Perhaps you noticed the little historic cemetery one day while you were waiting patiently in line at the Burger King drive-thru; just in case you were wondering what it was all about, this week as part of our long standing continuing effort to examine all of the historic cemeteries in our fair town, we will stop a while and ponder the life and times of Col. Royal Vaughan and his kin, the permanent residents of this little graveyard.
The tiny shop at 2 Main Street is a prime example of how often the smallest and most inconspicuous of buildings can possess the most interesting of histories.
You know there’s just no telling how many members of the “Society of Friends” rest eternal in the burying ground of the Wickford Quaker Meeting House which once stood just north of the intersection of Fowler and Friend Streets.
You know, one of my pet peeves is local street names that have absolutely no connection to the community they are in.
In honor of the recent Mother’s Day holiday, this week’s column concerns mothers who have made a significant impact on local history.
In my branch of the Cranston family the name George is so common it gets down right confusing. My oldest son, as a matter of fact, is the sixth George in succession dating back to the original George Tillinghast Cranston, the famed Swamptown Merchant, Civil War hero, and State Senator.
No matter whether you call this very visible and familiar large brick building in Wickford the Gregory Mill, or the Chapin Mill, or the Ring Building, or even the Kayak Center place, it makes no difference.
Back in 1762, entrepreneur Joseph Taylor decided to dam the Mettatuxet River in order to construct one of the area’s first fulling and carding mills. In doing so he set in motion an enterprise which existed on the shore of the mill pond he created, Silver Spring Pond, that has lasted for nearly 200 years in one form or another.
More than 1,000 newspaper columns, eight books, two documentary films, hundreds of walks and talks,and 20 years of time with my nose in the musty dusty ledgers of South County’s past and here we are!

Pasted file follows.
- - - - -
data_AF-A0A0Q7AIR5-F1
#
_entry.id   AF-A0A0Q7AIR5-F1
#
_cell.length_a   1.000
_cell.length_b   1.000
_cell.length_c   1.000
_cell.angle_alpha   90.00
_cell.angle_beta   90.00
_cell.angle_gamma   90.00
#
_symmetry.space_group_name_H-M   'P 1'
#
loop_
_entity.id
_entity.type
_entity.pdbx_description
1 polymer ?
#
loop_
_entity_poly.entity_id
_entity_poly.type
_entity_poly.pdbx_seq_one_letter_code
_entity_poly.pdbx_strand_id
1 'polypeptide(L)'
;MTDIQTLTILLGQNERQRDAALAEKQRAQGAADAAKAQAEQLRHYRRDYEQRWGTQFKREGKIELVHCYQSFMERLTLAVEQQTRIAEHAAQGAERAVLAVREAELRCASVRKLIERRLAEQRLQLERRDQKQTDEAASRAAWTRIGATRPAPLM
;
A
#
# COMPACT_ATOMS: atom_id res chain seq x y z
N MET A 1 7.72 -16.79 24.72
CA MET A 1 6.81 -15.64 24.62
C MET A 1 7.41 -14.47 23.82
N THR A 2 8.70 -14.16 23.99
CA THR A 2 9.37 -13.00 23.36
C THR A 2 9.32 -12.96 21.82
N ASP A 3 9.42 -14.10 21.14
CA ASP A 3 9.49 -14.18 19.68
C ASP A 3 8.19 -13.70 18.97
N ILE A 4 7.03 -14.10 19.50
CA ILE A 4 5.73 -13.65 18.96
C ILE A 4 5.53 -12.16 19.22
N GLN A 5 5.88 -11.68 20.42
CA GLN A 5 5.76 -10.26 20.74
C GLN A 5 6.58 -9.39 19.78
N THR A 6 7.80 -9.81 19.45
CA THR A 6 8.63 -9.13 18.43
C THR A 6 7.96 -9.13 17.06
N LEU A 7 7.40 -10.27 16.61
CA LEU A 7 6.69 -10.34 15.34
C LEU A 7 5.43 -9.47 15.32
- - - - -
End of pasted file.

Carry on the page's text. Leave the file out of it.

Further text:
One hundred and thirteen years ago, in 1906, textile manufacturing was the dominant industry here in South County. Hundreds upon hundreds of locals worked in the mills and, in general, valued their jobs highly. These were jobs that were kept for a lifetime.
I can’t help but daydream about them this time each year. As the snow and ice melt away, they emerge from the woods along Route 2 looking exactly as they did the year before, and the decade before that, and even 60 years prior to then.
You know, it’s one of those things that’s always just there, you drive by it without hardly a notice, as if it were a tree trunk or an unusual yard ornament.
As it is Women’s History Month, it makes perfect sense that we take a gander at the woman who may be South County’s most famous. I guess there’s probably not a Rhode Islander among us who is not familiar with the name “Aunt Carrie.” There are many who claim without Aunt Carrie there’d be no clam cakes.
You know the last time I looked at it, the calendar seemed to indicate that it is almost spring, but you sure could have fooled me based upon the thickness of the frost on my old pickup truck window each morning.
Johnny Northup’s house on the eastern end of West Allenton Road appears deceptively ancient. Why it looks like it’s been sitting there quietly, determinedly, for two centuries or so, but it hasn’t. The small two-story square-plan federal-style house is an anachronism, a true chronological in…
Birds captured my imagination almost 40 years ago because of their vibrant colors, great diversity, and ease of seeing them any time of year.
I’m calling 2019 my year of the snake, and early summer is the ideal time to find them.
As we approach the Summer Solstice in the northern hemisphere, this year on June 21 at 11:54 a.m. EDT (Eastern Daylight Time), here in Rhode Island many folks revel in the extra daylight hours, especially in the evening.
It’s challenging to explain to someone that you spent a below-freezing December night sitting on your back porch bundled up in a sleeping bag on a lounge chair just to watch a few meteors blaze across the sky.